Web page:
Ride the pho train
Pho Xe Lua5331 Stockton Blvd.
Sacramento, CA 95820
The only two words in Vietnamese required at a Vietnamese restaurant are dac biet. It’s swell to know bo is “beef” and heo is “pork,” and that ga is “chicken” or “poultry.” But the Rosetta Stone is dac biet, which means “special.” And like any restaurant, the best chance of waddling out happy is to go for the house’s signature dish.
This takes multiple visits to Stockton Boulevard’s Pho Xe Lua to sample its dac biets, because the menu makes War and Peace seem like CliffsNotes. There are 122 offerings, and that doesn’t count the four types of pad Thai and the four bento-box offerings. Given the restaurant’s name (in English it’s “pho train”), it shouldn’t be surprising there are 19 varieties of the popular beef-broth soup that is pronounced “fuh.” Right—without the c-k.
A ride on the pho train can go in myriad directions. For example, there are 21 com—“rice”—dishes with grilled shrimp, pork, chicken or beef. But before seeing a menu, a diner must navigate past the arresting river-rock wall of the foyer capped with 8-inch faux bamboo. Just past that is a nearly life-size sculpture of a kid playing a flute astride a water buffalo. Along one wall is a large Grandma Moses-meets-the-Mekong painting. Two vibrant, nasty-ass lobsters are mounted above the counter on which the cash register rests. It’s bright, clean and spacious with white doilies on the windows.
Might as well start down the dac biet list with pho. It’s No. 1 on the menu’s hit-parade list. What makes it special is that it contains a little bit of everything that appears in the other pho further down the list: thin slices of rare steak, brisket, rubbery tendon, feathery tripe. There’s an Atlantis of rice noodles submerged within the $6.75 large version, making the extra large something to share among a family approximately the size of the Brady Bunch.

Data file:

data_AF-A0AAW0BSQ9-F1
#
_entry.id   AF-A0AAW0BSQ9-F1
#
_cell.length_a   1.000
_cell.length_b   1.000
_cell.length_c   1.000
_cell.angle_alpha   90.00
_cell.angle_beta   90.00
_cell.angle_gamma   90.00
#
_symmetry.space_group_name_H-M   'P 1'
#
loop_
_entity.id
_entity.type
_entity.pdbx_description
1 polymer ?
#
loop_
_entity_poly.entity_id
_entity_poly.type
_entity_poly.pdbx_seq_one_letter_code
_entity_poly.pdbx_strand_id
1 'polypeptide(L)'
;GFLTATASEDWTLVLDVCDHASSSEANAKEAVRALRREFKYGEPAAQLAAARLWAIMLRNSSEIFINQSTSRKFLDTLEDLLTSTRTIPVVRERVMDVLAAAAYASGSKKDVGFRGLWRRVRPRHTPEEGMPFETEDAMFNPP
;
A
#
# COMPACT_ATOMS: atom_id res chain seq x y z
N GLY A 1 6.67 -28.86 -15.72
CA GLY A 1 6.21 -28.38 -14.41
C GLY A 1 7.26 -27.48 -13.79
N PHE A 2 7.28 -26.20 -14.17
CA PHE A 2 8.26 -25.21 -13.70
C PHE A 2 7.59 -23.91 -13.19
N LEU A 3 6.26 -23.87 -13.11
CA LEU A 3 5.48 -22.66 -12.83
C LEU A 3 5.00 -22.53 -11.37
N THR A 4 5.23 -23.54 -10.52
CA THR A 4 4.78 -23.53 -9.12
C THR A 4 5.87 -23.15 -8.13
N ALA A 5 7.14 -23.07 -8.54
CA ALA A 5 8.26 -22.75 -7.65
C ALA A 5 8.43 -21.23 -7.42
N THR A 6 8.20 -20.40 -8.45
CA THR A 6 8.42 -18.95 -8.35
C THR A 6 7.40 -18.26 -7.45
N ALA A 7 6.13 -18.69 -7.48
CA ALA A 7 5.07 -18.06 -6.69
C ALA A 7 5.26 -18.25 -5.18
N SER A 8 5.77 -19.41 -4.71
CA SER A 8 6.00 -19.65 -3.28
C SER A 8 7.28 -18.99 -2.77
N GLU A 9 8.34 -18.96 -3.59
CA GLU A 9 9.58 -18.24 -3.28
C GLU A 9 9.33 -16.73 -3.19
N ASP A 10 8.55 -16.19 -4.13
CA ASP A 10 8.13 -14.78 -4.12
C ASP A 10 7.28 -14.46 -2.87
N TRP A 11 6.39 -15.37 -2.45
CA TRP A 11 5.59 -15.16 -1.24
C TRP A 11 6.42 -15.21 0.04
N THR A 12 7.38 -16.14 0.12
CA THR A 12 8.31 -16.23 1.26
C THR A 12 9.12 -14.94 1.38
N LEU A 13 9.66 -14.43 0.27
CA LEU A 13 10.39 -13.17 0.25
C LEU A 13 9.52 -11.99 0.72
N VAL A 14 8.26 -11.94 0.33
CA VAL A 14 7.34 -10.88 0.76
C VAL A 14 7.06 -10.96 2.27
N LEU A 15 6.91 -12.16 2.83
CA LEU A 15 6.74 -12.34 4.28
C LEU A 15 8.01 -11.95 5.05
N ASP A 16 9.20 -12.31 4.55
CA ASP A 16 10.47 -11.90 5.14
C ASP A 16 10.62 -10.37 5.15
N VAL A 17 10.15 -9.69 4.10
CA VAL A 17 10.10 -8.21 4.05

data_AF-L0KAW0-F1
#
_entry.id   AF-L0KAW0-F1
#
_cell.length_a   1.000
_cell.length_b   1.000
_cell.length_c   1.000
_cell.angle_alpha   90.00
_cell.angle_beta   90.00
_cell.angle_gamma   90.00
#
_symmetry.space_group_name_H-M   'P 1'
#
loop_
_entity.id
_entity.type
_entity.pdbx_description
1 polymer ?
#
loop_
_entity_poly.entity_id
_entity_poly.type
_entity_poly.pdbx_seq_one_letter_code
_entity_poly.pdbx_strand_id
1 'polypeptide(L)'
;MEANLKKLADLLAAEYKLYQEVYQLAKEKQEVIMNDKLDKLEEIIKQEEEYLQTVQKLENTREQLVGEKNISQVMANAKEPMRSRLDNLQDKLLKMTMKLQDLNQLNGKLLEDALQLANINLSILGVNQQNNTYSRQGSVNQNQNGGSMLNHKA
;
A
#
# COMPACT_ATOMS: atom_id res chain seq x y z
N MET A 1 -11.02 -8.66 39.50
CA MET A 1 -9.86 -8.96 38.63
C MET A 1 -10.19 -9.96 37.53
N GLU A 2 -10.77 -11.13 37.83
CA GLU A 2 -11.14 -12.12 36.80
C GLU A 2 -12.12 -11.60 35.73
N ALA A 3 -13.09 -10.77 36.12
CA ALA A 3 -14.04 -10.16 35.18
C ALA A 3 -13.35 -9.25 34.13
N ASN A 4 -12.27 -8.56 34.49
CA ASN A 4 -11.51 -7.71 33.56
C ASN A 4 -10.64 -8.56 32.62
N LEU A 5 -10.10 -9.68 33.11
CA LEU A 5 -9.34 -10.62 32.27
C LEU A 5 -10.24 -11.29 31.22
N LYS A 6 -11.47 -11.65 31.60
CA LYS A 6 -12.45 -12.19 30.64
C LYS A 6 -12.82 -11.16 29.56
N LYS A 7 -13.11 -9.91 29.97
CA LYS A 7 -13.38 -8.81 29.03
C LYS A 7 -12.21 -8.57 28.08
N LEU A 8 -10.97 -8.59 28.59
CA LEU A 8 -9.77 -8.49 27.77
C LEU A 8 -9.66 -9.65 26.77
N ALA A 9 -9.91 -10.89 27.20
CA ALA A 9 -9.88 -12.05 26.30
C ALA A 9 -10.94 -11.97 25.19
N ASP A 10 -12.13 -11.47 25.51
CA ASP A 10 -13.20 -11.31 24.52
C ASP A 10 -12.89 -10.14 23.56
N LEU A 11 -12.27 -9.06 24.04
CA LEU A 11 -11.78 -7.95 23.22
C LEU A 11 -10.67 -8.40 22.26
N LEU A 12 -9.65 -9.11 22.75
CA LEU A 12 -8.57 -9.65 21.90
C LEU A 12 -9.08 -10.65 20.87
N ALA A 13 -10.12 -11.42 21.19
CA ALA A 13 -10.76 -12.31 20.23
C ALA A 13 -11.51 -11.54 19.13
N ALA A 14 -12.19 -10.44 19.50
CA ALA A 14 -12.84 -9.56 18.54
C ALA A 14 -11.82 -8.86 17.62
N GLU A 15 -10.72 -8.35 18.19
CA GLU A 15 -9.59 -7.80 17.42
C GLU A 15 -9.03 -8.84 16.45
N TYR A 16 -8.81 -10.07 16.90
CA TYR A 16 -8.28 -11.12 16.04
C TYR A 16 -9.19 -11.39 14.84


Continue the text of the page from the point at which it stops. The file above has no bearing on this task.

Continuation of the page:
All pho is not created equal. Here the licorice of the star anise shines through, as does a chirp of cinnamon. The same is true of the table salad that’s a central part of most Vietnamese meals. In the dining car of the pho train, the table salad is fairly prosaic—a few jalapeño wheels, two lime wedges, a mound of sprouts, and a sprig of cilantro and one of Thai basil. This could be because of the array of opportunities stationed at each table. Some chili oil or soy, perhaps? A passel of pickled jalapeños? Hoisin? A splash or seven of the sacred sriracha? The table’s napkin dispenser is handy for combating the inevitable sriracha-spawned nose run.
Similar to pho is hu tieu mi tom cua dac biet, except for its richly spiced pork-based broth. The “mi tom cua” refers to the crab claw and shrimp with eyes who share the bowl with an armada of scallions, rice noodles, some thin pork slices and what at first blush seem to be water chestnuts but I learn from the pho train’s matriarch are in fact fish balls. Again, the large size hu tieu is more than enough for one.
Watching the other diners, apparently the proper way to consume pho or the various iterations of hu tieu is through two-fisted eating. From the most elderly Vietnamese patrons to a youngster in a high chair, chop sticks are in one hand and a ladle spoon in the other. Like the Army: left, right, left. For the uninitiated, practice and concentration are critical to avoid spillage.
The house special chow fun is also designed to share. A glorious green frond of bok choy tops a mound of fat noodles laced with sprouts, crosscut scallions, calamari, eyeless shrimp, beef, chicken and barbecue pork that’s a bit dry.
A final word about the bowl-cut, bespectacled matriarch, who spends a fair amount of time near the cash register. She’s friendly and solicitous to a fault with a gifted memory of past likes and dislikes—a key incentive to return.